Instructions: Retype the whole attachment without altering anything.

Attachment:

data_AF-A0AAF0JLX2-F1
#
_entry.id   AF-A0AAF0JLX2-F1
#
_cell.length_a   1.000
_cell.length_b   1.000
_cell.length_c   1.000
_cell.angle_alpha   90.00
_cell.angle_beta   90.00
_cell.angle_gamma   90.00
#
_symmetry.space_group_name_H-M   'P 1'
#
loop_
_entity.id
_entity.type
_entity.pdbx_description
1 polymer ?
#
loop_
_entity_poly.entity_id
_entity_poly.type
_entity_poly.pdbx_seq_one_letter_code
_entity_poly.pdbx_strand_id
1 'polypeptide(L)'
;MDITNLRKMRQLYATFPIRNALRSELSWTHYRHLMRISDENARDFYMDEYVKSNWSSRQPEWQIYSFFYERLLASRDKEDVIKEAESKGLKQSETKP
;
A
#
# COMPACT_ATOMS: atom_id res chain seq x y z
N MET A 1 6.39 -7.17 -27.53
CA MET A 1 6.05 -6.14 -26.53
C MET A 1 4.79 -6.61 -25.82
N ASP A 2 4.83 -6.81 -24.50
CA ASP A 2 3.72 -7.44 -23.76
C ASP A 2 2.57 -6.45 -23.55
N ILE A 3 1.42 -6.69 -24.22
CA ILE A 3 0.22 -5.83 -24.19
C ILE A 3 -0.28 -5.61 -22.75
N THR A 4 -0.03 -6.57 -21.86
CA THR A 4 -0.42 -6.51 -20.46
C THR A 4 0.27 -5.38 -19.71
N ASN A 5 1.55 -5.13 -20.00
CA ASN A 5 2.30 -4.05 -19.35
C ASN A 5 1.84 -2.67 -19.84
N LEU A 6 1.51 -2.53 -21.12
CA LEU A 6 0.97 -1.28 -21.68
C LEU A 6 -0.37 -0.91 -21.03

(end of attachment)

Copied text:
data_AF-A0AAF0JLX2-F1
#
_entry.id   AF-A0AAF0JLX2-F1
#
_cell.length_a   1.000
_cell.length_b   1.000
_cell.length_c   1.000
_cell.angle_alpha   90.00
_cell.angle_beta   90.00
_cell.angle_gamma   90.00
#
_symmetry.space_group_name_H-M   'P 1'
#
loop_
_entity.id
_entity.type
_entity.pdbx_description
1 polymer ?
#
loop_
_entity_poly.entity_id
_entity_poly.type
_entity_poly.pdbx_seq_one_letter_code
_entity_poly.pdbx_strand_id
1 'polypeptide(L)'
;MDITNLRKMRQLYATFPIRNALRSELSWTHYRHLMRISDENARDFYMDEYVKSNWSSRQPEWQIYSFFYERLLASRDKEDVIKEAESKGLKQSETKP
;
A
#
# COMPACT_ATOMS: atom_id res chain seq x y z
N MET A 1 6.39 -7.17 -27.53
CA MET A 1 6.05 -6.14 -26.53
C MET A 1 4.79 -6.61 -25.82
N ASP A 2 4.83 -6.81 -24.50
CA ASP A 2 3.72 -7.44 -23.76
C ASP A 2 2.57 -6.45 -23.55
N ILE A 3 1.42 -6.69 -24.22
CA ILE A 3 0.22 -5.83 -24.19
C ILE A 3 -0.28 -5.61 -22.75
N THR A 4 -0.03 -6.57 -21.86
CA THR A 4 -0.42 -6.51 -20.46
C THR A 4 0.27 -5.38 -19.71
N ASN A 5 1.55 -5.13 -20.00
CA ASN A 5 2.30 -4.05 -19.35
C ASN A 5 1.84 -2.67 -19.84
N LEU A 6 1.51 -2.53 -21.12
CA LEU A 6 0.97 -1.28 -21.68
C LEU A 6 -0.37 -0.91 -21.03